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Aug 17, 2017

How to produce great corporate video without selling out

by Nick
Nick Parker
Founder & CEO
“It's good... I just made a couple of changes”

With fifteen years’ experience running his creative agency, Nick works with small and large businesses from a yuuuuge variety of industries. His skill set reaches from floor to ceiling. 

From graphic design to UI, he always puts the user first, himself second, his friendly neighbour third, and so on and so forth. He enjoys crafting immersive experiences that encourage deeper engagement. He is a recovering emo.

Lightcreative  Nick  V2

Corporate video production is a phrase that most creative types turn their noses up at. 

But the fact is, corporate videos have become more influential than ever. The stigma born from cringe-worthy story lines and robotic performances is well and truly deserved but over the years, we’ve seen a much needed evolution. 

The increase in video content being produced (and consumed) has exploded. YouTube alone is delivering an average of a billion hours into the world's eyeballs every day. With so much content on offer, it’s safe to say there’s no room for crappy corporate videos that no-one cares about. It’s no wonder that us video producers have lifted our game. 

The reduction in cost of high-quality gear has made corporate video much more accessible to the masses, so it’s very easy for video cowboys to sell out and produce whatever ill-conceived pile of crapola they think the client will go for. 

What do you do when Camilla Corporate shows up with a wad of cash and says “Make my soulless corporate company go viral!” 

Ask yourself these questions 

  • Is the company responsible for any nasty shit that goes against your own beliefs? 
  • Is the client a reasonable and rational human?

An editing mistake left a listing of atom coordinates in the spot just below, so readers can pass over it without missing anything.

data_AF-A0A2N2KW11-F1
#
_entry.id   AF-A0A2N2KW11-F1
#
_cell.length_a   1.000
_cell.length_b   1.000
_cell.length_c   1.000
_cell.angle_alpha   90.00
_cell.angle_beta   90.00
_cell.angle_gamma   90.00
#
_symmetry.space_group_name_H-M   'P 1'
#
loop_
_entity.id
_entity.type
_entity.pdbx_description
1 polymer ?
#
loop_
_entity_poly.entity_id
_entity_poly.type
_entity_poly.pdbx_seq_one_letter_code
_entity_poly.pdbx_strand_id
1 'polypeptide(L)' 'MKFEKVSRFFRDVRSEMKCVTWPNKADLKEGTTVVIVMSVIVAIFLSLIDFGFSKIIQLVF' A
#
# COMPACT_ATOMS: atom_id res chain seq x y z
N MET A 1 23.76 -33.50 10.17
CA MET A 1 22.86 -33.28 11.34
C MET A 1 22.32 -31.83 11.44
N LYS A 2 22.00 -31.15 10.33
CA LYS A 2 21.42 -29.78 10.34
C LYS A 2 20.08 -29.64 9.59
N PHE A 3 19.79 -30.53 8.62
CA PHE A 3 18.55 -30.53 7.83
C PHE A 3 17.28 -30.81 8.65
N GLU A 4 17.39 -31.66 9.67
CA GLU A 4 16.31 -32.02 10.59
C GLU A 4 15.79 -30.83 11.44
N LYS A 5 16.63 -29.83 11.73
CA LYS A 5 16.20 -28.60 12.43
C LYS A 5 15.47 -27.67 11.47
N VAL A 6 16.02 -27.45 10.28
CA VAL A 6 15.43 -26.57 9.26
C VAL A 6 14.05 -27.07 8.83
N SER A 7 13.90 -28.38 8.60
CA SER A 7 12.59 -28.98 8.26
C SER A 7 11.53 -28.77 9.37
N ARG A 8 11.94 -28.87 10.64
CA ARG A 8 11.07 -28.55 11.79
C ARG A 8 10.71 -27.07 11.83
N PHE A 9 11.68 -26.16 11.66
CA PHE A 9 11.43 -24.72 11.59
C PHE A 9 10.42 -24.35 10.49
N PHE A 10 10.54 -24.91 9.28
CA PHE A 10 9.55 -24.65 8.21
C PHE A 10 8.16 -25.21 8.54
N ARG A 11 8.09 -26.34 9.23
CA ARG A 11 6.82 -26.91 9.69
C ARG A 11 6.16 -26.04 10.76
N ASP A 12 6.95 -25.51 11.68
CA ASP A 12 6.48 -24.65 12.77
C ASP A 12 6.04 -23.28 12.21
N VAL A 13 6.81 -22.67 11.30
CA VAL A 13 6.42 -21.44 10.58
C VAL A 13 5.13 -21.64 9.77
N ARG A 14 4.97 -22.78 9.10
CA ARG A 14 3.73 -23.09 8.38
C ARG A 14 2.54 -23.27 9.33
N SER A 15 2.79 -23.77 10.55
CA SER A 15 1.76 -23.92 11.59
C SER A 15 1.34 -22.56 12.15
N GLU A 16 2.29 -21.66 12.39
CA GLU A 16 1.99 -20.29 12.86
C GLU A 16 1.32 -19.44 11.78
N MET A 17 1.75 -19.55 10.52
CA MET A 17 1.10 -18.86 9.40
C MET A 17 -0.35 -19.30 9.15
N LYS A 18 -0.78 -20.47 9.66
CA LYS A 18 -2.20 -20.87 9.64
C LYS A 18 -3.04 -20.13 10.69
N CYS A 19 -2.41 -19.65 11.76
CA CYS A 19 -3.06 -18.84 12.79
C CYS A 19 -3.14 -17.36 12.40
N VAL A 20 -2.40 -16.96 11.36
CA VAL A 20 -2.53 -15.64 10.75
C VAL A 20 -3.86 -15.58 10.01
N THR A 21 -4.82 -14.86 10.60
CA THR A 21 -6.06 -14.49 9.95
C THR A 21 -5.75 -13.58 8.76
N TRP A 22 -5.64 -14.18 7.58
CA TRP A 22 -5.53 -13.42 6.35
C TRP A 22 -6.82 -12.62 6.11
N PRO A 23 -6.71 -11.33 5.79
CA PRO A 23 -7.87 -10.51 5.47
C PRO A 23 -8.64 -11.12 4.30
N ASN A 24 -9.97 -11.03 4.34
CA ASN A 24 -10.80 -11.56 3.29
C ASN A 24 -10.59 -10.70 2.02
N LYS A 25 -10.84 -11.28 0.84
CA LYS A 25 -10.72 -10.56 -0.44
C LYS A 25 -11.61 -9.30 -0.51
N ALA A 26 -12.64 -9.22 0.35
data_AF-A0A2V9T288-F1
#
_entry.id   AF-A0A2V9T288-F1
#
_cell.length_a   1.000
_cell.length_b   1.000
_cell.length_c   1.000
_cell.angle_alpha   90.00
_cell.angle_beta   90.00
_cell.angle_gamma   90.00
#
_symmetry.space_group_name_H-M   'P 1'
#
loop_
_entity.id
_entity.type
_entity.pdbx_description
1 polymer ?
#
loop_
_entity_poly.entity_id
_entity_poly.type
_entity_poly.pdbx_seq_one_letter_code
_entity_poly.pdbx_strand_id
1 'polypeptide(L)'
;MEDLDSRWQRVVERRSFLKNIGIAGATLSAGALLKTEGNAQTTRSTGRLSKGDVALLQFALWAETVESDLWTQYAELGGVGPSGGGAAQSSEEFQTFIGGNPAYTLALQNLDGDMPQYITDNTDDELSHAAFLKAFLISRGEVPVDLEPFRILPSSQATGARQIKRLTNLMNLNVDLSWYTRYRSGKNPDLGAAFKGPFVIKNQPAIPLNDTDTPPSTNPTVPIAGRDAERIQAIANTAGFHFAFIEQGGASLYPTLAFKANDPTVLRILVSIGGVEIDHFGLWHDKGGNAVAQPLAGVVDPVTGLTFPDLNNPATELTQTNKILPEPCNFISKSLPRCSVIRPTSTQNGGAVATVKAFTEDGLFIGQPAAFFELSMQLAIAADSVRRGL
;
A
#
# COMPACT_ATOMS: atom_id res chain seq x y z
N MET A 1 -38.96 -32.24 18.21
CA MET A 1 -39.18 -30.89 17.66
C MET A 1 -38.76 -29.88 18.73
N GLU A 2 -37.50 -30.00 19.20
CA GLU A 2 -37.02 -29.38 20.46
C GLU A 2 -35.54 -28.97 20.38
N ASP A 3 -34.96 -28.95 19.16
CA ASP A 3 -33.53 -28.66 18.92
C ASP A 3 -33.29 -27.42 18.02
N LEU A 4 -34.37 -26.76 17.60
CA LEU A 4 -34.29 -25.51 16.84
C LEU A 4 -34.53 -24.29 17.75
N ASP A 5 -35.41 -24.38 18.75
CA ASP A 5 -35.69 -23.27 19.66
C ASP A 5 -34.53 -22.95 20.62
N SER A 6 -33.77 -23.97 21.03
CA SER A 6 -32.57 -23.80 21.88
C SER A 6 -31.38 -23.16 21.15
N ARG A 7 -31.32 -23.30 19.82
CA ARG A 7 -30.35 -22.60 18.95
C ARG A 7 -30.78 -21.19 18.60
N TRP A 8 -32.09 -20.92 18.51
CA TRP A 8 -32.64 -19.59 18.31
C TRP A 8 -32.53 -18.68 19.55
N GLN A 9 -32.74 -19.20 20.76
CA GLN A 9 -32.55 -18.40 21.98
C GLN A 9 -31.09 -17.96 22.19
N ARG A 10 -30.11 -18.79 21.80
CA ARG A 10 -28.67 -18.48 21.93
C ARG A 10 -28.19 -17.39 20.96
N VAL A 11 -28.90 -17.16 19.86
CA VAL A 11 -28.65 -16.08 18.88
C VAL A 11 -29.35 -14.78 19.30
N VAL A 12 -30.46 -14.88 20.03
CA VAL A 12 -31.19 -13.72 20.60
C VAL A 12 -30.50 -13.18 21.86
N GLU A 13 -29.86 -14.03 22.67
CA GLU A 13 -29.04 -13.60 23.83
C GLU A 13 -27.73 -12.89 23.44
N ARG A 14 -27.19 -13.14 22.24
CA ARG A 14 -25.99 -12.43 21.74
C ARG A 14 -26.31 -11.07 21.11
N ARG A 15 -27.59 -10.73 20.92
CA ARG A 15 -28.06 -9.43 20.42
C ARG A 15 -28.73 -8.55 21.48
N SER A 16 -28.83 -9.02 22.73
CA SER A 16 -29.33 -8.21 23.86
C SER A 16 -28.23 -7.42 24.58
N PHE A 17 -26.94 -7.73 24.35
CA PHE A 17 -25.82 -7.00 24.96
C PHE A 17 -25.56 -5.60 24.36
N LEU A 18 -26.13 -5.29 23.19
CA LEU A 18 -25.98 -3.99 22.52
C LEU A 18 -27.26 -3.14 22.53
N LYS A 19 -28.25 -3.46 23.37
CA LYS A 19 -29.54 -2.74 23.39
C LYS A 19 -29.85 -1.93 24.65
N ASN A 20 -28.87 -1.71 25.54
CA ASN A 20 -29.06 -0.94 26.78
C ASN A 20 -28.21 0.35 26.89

• Can we see a story worth telling? 

If we’re happy with the answer to these three questions, the next step is to find a way to connect to the story we’re going to tell. It’s our job to make the audience feel something. Whether it’s aspiration, joy, sadness, anger, peace, or just simply informing them, if the video has no emotion and substance, people aren’t going to pay attention. It’s not always easy but even the biggest corporate companies are run by people and all people have a story to tell, so don’t cut corners and simply try to template a narrative. 

A glorious example of genericness

Focus on the why 

Most companies request a corporate video because they want more sales or exposure. They get hung up on trying to show off how and what they do. But companies don’t gain brand loyalty because of how and what they do, consumers want to know why they exist. The why is where the emotions live, which makes the why a more powerful, engaging and ultimately more effective story to tell. Apple are the perfect example of how to create brand loyalty by selling the why, they’ve been doing it since the launch of the Macintosh in 1984.

Apple are the rebels who represent an alternative to conformity

Be authentic

That’s quite it's often easier said, than done. You can put a camera in front of the most genuine of people and they’ll begin “acting authentic”. It’s not that they’re faking it, it’s simply a defense mechanism triggered by our need for self-presentation. Self-presentations are quite often genuine. They reflect an attempt to have others perceive us accurately, or at least consistent with how the person perceives themselves. Self-presentations can vary depending on the audience; people want to present different aspects depending on the audience and conditions. 

Genuinely awkward

It’s the job of the director to understand their subject and what makes them comfortable. When you genuinely show care for the person in front of the camera, that respect and authenticity is reflected, allowing the person to feel safe enough to be their unguarded selves. 

But also be aware, it’s sometimes better to simply identify when certain people shouldn’t be on camera thinking face 

So don’t sell out, there’s no need. Half the fun is challenging yourself to be possibility. If you go in with the best of intentions, you’ll be able to help your client tell a story that matters to someone. 

Light Creative is a Melbourne-based creative, content, and digital agency.